The Porkbusters pursue an admirable goal: persuading federal legislators to make "cuts in wasteful spending to support Katrina relief" by transferring money from the former category to the latter. Their goal remains distant, however. Indeed, they face considerable disinterest and even opposition from lawmakers. Just scroll down this list of politicians' replies to see how many won't cough up the pork they've won for their constituents.
That's no surprise. Politicians' incentives, even with the Porkbusters' nagging included in the balance, naturally favor policies that stand to buy them re-election votes. Moreover, even a less calculating politician might object, "Why should I make my constituents pay more for Karina's costs than, say, Senator Barbara Boxer?"
A collective action problem looms. The cure: Mandate shared porkbusting. Lawamkers might, for instance, pass legislation redirecting a specified percent of each special projects earmarked in the 2005 Highway bill to Katrina relief. Redirecting 50% of those expenditures would generate about $12 billion in aid for Katrina.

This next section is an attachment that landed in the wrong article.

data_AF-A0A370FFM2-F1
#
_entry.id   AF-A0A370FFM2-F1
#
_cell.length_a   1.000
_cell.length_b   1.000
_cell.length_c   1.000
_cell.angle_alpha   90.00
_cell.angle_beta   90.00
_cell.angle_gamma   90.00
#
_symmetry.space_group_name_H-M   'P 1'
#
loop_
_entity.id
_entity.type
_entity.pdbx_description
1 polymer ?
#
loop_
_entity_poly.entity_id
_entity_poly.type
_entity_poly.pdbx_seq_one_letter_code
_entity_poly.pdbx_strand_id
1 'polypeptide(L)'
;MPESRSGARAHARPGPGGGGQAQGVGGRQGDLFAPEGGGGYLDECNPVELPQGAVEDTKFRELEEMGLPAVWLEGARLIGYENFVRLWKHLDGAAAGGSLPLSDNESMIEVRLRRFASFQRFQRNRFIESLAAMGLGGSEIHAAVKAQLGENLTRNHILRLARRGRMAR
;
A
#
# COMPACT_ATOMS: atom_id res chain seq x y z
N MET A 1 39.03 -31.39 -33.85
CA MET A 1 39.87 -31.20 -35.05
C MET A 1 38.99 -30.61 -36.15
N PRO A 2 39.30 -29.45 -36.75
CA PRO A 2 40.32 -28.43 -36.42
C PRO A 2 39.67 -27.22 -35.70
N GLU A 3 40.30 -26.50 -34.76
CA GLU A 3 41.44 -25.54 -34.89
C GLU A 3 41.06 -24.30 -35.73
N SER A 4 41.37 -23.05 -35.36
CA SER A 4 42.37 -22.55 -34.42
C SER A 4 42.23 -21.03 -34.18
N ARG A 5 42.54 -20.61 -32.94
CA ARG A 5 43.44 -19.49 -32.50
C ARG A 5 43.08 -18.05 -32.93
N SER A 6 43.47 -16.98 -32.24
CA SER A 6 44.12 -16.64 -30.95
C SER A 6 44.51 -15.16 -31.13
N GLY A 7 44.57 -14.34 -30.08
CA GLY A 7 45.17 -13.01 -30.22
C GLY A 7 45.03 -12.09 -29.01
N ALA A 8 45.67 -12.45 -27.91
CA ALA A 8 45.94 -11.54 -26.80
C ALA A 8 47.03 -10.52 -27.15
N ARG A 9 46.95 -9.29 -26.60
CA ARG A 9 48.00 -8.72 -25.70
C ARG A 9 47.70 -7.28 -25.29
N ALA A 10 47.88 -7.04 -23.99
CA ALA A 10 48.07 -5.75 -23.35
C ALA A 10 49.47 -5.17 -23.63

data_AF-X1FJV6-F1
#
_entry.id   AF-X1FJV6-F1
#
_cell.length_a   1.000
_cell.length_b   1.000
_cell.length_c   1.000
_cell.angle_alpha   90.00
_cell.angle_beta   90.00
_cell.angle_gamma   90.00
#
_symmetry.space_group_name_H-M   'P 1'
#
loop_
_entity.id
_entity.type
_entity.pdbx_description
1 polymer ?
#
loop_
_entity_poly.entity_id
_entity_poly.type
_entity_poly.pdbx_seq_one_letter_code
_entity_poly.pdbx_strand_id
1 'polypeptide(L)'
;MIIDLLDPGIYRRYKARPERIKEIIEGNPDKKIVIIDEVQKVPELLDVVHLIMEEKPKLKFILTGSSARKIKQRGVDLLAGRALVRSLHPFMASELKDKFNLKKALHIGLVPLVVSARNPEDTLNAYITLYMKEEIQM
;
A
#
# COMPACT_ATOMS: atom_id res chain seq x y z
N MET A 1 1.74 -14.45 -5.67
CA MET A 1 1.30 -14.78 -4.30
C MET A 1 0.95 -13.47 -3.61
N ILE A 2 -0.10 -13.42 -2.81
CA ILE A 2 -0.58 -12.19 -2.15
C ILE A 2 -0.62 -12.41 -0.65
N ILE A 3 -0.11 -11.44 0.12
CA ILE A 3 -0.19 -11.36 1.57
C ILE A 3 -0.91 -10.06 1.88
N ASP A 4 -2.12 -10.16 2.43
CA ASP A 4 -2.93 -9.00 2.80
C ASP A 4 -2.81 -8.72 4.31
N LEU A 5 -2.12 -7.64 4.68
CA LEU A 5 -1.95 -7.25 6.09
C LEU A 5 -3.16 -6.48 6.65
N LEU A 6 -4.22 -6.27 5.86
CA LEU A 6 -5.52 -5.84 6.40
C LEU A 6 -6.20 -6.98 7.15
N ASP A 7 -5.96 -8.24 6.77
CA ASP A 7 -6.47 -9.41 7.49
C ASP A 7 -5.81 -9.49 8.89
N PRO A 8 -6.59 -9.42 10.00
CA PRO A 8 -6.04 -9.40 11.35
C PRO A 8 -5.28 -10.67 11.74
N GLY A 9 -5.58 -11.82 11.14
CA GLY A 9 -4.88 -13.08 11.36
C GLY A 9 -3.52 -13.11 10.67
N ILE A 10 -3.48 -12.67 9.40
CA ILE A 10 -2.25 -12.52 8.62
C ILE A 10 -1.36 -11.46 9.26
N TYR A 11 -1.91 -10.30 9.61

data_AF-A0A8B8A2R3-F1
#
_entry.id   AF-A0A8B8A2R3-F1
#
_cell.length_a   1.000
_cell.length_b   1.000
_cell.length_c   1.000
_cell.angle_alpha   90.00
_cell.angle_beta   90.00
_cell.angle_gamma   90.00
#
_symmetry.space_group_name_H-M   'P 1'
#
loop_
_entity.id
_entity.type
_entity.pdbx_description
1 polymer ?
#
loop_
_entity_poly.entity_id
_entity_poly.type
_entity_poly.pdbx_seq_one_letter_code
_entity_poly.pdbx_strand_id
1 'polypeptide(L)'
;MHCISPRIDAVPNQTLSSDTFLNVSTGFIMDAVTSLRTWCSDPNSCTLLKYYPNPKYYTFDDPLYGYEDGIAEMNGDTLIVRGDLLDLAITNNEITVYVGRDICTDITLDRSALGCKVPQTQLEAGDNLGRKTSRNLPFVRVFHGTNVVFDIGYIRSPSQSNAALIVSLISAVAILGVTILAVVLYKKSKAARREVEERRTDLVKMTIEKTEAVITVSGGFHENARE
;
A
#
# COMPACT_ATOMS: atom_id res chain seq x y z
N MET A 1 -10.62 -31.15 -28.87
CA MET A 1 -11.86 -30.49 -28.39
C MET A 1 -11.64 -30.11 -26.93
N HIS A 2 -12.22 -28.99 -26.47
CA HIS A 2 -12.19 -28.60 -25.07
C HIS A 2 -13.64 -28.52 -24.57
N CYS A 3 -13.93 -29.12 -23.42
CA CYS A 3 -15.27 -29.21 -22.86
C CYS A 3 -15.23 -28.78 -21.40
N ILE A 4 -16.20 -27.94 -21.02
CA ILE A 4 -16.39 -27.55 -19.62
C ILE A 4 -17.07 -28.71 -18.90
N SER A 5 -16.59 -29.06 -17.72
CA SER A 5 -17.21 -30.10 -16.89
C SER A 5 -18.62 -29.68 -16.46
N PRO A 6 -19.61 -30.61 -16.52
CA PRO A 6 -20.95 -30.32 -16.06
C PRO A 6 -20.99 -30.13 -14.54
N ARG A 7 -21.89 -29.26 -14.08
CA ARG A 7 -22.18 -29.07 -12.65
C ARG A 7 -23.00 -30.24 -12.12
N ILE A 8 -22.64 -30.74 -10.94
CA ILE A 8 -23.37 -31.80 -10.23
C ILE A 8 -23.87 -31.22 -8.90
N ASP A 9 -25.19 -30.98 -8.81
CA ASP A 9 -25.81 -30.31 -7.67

I hesitated to advocate this sort of "shared porkbusting" strategy only because I was sure that somebody else would have already done the same. Yet I've found no call for similar legislation in any of the obvious places. At any rate, even if not an original idea, I daringly call it a good one.